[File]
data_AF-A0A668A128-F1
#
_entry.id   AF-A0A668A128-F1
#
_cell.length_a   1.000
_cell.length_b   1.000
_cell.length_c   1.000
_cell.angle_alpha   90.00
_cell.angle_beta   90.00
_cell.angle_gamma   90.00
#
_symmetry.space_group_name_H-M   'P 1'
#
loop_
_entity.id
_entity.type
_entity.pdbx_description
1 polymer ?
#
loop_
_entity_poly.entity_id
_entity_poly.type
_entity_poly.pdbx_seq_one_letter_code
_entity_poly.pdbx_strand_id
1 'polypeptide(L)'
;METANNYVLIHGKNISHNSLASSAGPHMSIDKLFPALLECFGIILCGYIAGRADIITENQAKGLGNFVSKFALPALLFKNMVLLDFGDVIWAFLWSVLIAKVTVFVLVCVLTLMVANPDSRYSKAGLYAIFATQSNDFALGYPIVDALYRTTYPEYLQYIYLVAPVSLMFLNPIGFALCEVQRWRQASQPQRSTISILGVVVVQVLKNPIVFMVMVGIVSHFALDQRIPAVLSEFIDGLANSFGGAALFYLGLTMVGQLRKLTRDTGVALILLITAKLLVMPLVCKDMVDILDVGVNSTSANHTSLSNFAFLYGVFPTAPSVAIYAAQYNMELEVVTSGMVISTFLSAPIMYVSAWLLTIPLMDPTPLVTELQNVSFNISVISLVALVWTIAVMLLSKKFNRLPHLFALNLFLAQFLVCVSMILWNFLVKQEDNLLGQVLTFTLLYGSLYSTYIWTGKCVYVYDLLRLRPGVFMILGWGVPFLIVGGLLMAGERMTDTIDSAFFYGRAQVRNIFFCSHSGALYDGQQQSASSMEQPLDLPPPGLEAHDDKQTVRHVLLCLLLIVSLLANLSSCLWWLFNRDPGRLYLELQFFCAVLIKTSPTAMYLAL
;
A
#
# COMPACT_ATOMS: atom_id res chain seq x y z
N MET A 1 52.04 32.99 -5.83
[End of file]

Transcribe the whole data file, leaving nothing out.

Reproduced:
data_AF-A0A668A128-F1
#
_entry.id   AF-A0A668A128-F1
#
_cell.length_a   1.000
_cell.length_b   1.000
_cell.length_c   1.000
_cell.angle_alpha   90.00
_cell.angle_beta   90.00
_cell.angle_gamma   90.00
#
_symmetry.space_group_name_H-M   'P 1'
#
loop_
_entity.id
_entity.type
_entity.pdbx_description
1 polymer ?
#
loop_
_entity_poly.entity_id
_entity_poly.type
_entity_poly.pdbx_seq_one_letter_code
_entity_poly.pdbx_strand_id
1 'polypeptide(L)'
;METANNYVLIHGKNISHNSLASSAGPHMSIDKLFPALLECFGIILCGYIAGRADIITENQAKGLGNFVSKFALPALLFKNMVLLDFGDVIWAFLWSVLIAKVTVFVLVCVLTLMVANPDSRYSKAGLYAIFATQSNDFALGYPIVDALYRTTYPEYLQYIYLVAPVSLMFLNPIGFALCEVQRWRQASQPQRSTISILGVVVVQVLKNPIVFMVMVGIVSHFALDQRIPAVLSEFIDGLANSFGGAALFYLGLTMVGQLRKLTRDTGVALILLITAKLLVMPLVCKDMVDILDVGVNSTSANHTSLSNFAFLYGVFPTAPSVAIYAAQYNMELEVVTSGMVISTFLSAPIMYVSAWLLTIPLMDPTPLVTELQNVSFNISVISLVALVWTIAVMLLSKKFNRLPHLFALNLFLAQFLVCVSMILWNFLVKQEDNLLGQVLTFTLLYGSLYSTYIWTGKCVYVYDLLRLRPGVFMILGWGVPFLIVGGLLMAGERMTDTIDSAFFYGRAQVRNIFFCSHSGALYDGQQQSASSMEQPLDLPPPGLEAHDDKQTVRHVLLCLLLIVSLLANLSSCLWWLFNRDPGRLYLELQFFCAVLIKTSPTAMYLAL
;
A
#
# COMPACT_ATOMS: atom_id res chain seq x y z
N MET A 1 52.04 32.99 -5.83